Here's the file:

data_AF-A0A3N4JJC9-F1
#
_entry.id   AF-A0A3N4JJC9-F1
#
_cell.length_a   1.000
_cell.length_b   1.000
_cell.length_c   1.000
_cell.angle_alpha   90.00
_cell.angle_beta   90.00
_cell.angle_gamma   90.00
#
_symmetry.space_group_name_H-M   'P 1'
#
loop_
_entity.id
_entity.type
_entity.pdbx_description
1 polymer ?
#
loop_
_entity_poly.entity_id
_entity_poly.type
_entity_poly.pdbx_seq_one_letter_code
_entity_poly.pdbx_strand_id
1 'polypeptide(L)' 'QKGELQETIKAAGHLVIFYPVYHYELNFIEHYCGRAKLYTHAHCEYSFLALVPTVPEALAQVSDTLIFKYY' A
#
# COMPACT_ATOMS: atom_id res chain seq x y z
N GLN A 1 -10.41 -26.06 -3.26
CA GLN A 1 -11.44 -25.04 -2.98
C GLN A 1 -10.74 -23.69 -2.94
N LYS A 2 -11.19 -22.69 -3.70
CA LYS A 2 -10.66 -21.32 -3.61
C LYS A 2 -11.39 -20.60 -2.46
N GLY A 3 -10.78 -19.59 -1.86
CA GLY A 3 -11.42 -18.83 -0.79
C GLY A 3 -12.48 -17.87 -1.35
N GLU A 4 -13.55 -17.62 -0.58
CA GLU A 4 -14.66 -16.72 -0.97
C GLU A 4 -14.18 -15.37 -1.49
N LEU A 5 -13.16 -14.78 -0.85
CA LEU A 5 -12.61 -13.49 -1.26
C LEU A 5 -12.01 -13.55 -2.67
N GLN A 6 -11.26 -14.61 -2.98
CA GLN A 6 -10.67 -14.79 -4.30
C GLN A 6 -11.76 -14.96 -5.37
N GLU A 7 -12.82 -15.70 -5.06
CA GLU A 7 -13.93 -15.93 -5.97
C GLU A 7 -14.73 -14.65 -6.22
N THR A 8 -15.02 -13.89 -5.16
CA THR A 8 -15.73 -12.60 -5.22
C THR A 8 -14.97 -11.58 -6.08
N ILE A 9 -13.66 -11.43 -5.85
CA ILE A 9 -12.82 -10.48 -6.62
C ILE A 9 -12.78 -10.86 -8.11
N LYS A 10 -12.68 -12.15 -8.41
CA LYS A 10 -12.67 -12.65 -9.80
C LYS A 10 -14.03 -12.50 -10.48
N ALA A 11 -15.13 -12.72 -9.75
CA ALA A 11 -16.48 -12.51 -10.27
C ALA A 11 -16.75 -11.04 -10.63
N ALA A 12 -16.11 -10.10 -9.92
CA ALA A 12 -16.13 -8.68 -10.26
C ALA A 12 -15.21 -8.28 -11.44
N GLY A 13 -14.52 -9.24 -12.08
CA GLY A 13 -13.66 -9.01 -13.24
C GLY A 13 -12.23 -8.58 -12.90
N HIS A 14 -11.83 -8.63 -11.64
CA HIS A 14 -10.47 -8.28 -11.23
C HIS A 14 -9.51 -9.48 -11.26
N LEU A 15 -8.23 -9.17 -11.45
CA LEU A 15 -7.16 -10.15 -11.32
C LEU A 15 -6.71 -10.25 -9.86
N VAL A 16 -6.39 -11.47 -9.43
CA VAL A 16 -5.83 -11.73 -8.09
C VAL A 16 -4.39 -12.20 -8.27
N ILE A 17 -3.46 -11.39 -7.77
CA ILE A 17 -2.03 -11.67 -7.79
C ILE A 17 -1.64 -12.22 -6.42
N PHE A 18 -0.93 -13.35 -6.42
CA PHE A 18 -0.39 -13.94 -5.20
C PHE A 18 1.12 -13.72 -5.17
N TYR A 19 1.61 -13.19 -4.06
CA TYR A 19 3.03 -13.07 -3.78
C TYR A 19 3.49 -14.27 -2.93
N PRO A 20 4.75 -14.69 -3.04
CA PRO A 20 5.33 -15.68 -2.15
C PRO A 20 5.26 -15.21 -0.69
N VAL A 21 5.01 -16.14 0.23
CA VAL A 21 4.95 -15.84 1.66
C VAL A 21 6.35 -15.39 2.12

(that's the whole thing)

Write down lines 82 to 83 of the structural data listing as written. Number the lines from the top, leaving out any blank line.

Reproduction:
N TYR A 19 1.61 -13.19 -4.06
CA TYR A 19 3.03 -13.07 -3.78